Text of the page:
Stages of Second Language Acquisition

By Julio Foppoli

Many students often worry or complain about their inability to produce spoken (and sometimes written) language. They have studied a language for 6 months or even longer and they can produce just a few words and phrases. Usually, even teachers feel their students are not making as much progress as they should. After all, they say, they have been practicing patterns, drills, even some conversations in class but nevertheless, although their students can understand many things, when it comes to producing them on their own, they are at a loss.

The good news is, this is not bad or undesirable at all! It is part of a four-step language acquisition process that could be broken into:

1) The Silent Period: in this stage, most students understand more than they can produce. They can understand when someone talks to them but they cannot express their ideas in the same way. They can answer “yes” or “no.”

2) Early Production: learners can answer some “yes” or “no” questions,they use repetitive language patterns to express ideas and they try to express concepts by using one or two words only. They cannot find the words to make complete sentences.
It is important to bear in mind that comprehension precedes production. This is especially true in Second Language Acquisition. You can always understand more of a language then you can produce.

3) Speech emergence: in this stage, learners can communicate with simple phrases and sentences. They will ask simple questions that may or may not be grammatically correct. It is common to see thay they will start some short conversations.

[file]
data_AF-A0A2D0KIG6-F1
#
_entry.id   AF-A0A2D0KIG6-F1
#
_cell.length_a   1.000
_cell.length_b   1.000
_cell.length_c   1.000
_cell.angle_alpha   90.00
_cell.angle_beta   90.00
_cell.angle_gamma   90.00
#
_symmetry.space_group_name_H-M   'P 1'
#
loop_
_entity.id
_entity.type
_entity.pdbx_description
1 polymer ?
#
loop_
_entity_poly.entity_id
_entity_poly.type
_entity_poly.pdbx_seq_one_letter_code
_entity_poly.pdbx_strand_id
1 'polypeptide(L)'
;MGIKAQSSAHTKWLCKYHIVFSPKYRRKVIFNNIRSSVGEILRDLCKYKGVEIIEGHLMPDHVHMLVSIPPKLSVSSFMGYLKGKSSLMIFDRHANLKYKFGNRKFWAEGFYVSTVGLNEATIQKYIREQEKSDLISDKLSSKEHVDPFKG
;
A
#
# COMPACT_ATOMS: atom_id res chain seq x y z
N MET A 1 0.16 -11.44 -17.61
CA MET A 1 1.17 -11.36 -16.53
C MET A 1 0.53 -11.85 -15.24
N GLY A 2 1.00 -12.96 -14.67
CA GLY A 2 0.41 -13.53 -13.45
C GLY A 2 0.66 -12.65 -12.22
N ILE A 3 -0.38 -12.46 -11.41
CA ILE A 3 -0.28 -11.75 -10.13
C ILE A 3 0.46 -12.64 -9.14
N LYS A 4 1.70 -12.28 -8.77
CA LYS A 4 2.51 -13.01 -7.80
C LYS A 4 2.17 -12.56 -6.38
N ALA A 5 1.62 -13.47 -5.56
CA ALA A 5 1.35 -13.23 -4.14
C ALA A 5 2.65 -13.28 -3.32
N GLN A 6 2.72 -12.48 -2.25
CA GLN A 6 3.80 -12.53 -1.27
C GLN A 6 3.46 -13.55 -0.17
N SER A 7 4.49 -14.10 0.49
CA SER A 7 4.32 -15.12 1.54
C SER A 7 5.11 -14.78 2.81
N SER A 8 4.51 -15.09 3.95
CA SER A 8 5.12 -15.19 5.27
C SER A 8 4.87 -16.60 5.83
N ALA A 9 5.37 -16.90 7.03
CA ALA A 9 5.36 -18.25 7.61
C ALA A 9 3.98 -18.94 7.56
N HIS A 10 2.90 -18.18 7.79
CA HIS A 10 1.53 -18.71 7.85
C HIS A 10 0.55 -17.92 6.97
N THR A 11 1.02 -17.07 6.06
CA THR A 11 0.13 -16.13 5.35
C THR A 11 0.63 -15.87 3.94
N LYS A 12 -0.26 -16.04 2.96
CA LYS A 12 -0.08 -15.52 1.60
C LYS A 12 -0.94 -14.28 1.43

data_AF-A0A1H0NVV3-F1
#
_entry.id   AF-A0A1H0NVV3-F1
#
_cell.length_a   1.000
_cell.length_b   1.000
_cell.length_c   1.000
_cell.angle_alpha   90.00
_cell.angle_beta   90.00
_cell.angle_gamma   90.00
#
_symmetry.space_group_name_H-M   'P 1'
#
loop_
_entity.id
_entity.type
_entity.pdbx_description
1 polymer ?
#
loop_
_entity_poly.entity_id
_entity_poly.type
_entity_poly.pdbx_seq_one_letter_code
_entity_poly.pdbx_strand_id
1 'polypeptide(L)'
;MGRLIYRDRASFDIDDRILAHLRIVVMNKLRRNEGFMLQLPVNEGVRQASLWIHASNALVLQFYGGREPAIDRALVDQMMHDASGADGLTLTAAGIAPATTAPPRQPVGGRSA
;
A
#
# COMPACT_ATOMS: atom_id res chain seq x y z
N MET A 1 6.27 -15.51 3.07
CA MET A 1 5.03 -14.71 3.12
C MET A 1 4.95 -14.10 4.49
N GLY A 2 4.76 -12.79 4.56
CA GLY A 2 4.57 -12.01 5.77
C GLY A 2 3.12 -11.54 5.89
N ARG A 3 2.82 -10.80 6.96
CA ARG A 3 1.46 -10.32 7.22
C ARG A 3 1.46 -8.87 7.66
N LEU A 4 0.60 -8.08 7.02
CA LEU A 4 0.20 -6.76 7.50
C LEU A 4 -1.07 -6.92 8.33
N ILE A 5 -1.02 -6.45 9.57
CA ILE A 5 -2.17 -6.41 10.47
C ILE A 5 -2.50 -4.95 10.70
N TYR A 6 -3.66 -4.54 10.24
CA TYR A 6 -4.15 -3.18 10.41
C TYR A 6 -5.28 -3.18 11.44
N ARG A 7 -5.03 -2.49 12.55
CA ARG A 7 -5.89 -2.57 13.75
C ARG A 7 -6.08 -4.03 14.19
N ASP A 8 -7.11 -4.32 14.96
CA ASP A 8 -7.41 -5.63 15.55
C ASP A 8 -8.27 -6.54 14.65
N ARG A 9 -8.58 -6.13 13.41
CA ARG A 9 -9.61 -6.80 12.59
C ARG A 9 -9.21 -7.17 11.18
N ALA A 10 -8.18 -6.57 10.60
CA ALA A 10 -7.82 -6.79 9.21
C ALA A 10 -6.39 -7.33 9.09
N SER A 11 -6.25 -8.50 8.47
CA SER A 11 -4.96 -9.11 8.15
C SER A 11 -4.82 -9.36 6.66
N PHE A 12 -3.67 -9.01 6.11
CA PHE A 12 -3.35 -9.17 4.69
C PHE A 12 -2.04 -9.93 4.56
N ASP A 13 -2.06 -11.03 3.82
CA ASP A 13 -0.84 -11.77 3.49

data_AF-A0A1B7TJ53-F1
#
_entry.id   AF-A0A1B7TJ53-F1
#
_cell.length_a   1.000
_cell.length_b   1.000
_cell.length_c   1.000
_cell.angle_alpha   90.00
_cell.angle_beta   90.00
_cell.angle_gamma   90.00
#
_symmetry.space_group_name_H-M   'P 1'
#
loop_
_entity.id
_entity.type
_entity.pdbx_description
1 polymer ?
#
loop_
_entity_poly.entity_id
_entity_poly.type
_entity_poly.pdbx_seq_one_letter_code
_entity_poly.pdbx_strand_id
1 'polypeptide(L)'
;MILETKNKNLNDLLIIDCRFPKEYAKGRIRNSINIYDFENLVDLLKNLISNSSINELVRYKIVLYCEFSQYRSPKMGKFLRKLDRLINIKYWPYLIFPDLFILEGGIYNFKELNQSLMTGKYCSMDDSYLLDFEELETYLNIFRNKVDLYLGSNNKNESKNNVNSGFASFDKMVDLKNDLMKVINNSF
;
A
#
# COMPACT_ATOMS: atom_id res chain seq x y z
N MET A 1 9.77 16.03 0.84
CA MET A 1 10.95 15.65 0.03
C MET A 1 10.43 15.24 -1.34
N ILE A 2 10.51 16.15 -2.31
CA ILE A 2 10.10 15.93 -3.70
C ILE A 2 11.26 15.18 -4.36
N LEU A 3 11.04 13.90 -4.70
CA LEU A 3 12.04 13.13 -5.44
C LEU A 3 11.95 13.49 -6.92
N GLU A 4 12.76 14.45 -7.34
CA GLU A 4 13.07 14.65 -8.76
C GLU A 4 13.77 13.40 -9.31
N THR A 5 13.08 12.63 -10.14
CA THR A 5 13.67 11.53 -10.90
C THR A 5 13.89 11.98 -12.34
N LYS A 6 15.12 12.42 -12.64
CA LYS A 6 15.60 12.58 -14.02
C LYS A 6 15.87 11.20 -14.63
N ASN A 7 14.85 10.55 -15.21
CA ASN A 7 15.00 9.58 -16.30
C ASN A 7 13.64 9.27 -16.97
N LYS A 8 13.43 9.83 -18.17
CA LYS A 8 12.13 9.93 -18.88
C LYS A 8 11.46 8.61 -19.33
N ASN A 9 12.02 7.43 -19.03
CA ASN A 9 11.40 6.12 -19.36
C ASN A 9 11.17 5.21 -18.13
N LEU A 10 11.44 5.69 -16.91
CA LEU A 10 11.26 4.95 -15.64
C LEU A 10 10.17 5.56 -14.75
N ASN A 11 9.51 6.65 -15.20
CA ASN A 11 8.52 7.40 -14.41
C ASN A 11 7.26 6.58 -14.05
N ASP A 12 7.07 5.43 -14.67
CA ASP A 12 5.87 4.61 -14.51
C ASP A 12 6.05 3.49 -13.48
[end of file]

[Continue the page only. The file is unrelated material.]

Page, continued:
4) Intermediate Fluency: at this stage, learners are using more complex sentences when speaking and writing. They can express opinions and share their thoughts. They also have the ability to formulate questions in order to ask for clarification.

5)Advanced Fluency: a student at this stage will be near-native in their ability to perform in the second language, although there may be some gaps specially when it comes to idiomatic uses of the language.

It goes without saying that this article is not exhaustive and actually whole books could be written on each of these stages and that my intention while writing this article was to present the lay reader with a glimpse of the different stages of this captivating topic.

By being aware of these stages, you can feel confident about your learning process and you can lower your anxiety levels if you feel you cannot express exactly what you have in mind. Time is your ally here!

If you need more info on the topic, just Google the following keywords “stages of second language acquisition.” You are way on your way to learning about your own learning!



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